Introduction Primary care has a central role in palliative and end of life care: 45.6% of deaths in England and Wales occur under the care of primary care teams at home or in care homes. The Community Care Pathways at the End of Life (CAPE) study investigated primary care provided for patients in the final 6 months of life. This paper highlights the opportunities and challenges associated with primary palliative care research in the UK, describing the methodological, ethical, logistical and gatekeeping challenges encountered in the CAPE study and how these were addressed.
The study methods Using a mixed-methods approach, quantitative data were extracted from the general practitioner (GP) and district nurse (DN) records of 400 recently deceased patients in 20 GP practices in the East of England. Focus groups were conducted with some GPs and DNs, and individual interviews held with bereaved carers and other GPs and DNs.
The challenges addressed Considerable difficulties were encountered with ethical permissions, with GP, DN and bereaved carer recruitment and both quantitative and qualitative data collection. These were overcome with flexibility of approach, perseverance of the research team and strong user group support. This enabled completion of the study which generated a unique primary palliative care data set.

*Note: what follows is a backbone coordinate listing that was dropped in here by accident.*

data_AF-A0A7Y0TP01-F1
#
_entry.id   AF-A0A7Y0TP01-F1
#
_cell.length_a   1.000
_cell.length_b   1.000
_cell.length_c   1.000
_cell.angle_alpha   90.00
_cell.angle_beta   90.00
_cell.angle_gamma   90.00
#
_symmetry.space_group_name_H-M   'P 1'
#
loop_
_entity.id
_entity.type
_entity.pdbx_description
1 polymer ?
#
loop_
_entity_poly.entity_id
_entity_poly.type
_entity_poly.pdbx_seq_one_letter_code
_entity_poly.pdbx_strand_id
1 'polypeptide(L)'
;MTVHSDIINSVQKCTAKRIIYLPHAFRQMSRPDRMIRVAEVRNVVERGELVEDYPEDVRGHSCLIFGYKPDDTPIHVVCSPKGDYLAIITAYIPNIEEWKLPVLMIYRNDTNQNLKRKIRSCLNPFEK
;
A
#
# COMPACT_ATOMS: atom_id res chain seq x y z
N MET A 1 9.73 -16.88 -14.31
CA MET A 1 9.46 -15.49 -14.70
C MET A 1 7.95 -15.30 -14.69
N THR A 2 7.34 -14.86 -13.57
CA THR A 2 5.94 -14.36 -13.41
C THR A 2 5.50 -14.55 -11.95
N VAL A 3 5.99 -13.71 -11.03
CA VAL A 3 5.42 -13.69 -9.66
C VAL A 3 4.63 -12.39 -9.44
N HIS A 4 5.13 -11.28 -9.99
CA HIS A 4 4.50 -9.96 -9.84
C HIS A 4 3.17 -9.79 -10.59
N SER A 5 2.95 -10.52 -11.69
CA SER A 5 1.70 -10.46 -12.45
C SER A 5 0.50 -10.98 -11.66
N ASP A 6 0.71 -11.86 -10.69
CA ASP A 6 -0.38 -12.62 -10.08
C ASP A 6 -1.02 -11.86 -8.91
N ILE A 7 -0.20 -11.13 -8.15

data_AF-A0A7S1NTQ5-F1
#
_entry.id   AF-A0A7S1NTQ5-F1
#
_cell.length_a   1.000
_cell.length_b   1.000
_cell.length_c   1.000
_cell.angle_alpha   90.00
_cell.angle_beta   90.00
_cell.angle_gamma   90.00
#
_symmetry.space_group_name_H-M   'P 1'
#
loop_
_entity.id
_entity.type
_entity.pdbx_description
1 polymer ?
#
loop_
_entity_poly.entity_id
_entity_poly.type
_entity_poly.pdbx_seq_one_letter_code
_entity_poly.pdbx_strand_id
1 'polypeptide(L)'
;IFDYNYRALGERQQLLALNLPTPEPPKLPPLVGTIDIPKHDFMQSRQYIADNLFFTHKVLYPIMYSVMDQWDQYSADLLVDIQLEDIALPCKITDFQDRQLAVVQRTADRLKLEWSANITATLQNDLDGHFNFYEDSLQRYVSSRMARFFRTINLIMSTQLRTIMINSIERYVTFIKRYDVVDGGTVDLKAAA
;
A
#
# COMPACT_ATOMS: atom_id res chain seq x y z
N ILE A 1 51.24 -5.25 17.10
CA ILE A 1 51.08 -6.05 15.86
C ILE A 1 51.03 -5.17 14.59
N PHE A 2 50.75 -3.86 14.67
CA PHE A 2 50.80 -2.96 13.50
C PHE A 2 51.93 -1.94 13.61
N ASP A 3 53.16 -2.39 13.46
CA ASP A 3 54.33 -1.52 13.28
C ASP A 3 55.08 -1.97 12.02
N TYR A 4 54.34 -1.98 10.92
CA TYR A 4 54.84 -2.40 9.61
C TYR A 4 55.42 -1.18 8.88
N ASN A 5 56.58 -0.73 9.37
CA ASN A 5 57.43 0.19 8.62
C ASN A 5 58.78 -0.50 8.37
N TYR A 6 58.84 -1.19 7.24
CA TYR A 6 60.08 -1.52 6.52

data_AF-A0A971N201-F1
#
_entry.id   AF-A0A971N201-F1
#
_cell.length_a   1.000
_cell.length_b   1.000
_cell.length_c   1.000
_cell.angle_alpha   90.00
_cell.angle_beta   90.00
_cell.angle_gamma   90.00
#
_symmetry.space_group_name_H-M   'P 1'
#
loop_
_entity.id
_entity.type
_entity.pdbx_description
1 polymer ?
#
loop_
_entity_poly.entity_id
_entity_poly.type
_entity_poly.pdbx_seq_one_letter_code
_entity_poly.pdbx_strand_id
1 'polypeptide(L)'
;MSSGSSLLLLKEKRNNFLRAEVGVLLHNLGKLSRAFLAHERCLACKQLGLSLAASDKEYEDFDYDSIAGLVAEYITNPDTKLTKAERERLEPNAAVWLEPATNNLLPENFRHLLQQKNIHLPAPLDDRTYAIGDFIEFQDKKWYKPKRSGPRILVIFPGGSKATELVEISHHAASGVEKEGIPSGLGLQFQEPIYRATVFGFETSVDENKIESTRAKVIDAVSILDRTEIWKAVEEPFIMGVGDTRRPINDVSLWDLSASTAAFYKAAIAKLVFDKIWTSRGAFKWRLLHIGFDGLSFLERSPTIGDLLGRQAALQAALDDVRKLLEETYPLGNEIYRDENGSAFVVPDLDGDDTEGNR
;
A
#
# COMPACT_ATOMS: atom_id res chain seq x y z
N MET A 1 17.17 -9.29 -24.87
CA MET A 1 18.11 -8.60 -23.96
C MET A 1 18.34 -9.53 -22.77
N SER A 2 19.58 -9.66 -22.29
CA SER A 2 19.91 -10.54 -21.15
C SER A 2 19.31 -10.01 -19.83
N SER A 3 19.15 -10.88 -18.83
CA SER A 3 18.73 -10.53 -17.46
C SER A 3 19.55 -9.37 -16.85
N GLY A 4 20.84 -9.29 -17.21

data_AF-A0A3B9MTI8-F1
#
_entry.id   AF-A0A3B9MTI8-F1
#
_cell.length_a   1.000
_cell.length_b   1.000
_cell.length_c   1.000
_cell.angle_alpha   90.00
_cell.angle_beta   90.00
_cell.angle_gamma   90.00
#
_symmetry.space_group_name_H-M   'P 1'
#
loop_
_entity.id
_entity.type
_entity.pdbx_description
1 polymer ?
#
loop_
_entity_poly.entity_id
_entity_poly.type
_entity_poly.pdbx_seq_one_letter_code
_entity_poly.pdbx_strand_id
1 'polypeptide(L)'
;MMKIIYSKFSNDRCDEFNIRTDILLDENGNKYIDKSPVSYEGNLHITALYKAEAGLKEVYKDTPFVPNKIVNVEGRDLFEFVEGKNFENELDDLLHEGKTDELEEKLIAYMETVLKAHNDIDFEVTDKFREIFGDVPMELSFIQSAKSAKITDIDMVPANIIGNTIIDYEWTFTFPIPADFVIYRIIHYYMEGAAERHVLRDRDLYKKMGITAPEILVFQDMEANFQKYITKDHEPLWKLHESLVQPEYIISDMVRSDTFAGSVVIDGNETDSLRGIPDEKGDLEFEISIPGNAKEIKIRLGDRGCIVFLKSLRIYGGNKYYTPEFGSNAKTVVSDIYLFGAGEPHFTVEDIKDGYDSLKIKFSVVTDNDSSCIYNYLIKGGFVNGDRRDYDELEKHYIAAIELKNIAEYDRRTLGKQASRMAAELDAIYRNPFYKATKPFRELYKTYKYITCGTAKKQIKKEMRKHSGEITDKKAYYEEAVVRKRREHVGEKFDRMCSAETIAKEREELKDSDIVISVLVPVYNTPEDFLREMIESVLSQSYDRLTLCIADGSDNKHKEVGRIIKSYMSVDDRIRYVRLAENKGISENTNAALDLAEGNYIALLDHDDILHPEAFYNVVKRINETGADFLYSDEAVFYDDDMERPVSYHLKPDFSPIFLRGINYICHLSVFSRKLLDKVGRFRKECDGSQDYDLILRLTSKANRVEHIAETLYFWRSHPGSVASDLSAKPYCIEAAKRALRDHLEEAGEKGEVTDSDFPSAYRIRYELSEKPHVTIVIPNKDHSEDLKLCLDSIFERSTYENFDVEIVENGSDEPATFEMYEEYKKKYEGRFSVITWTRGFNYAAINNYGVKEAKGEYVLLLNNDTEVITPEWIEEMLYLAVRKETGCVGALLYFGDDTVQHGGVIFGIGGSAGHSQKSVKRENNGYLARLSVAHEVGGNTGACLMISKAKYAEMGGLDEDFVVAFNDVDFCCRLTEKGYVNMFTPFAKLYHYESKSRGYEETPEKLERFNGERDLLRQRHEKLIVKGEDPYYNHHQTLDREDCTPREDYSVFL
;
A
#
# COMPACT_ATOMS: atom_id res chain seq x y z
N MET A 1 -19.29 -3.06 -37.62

- terminal care
- home care
- general practice
- primary care
- community nursing
- research methods
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Contributors SB was the principal investigator and designed the study with PLW and JG. EM, SB and BS undertook data collection and data analysis. MJ and RL were members of the PPI group. BD and KH supported GP practice and community nursing team recruitment. All authors met regularly as members of the study advisory group throughout the project, supporting recruitment, data collection, data analysis and interpretation. All have contributed to the manuscript and have approved the final version.
Funding This paper presents independent research funded by the National Institute for Health Research (NIHR) under its Research for Patient Benefit (RfPB) Programme (Grant Reference Number PB-PG-0909-20323). The views expressed are those of the authors and not necessarily those of the NHS, the NIHR or the Department of Health and Social Care. BS received funding from the NIHR School for Primary Care Research (SPCR). SB is supported by the NIHR Collaboration for Leadership in Applied Health Research and Care (CLAHRC) East of England at Cambridgeshire and Peterborough NHS Foundation Trust.
Competing interests None declared.
Patient consent for publication Not required.
Provenance and peer review Not commissioned; externally peer reviewed.
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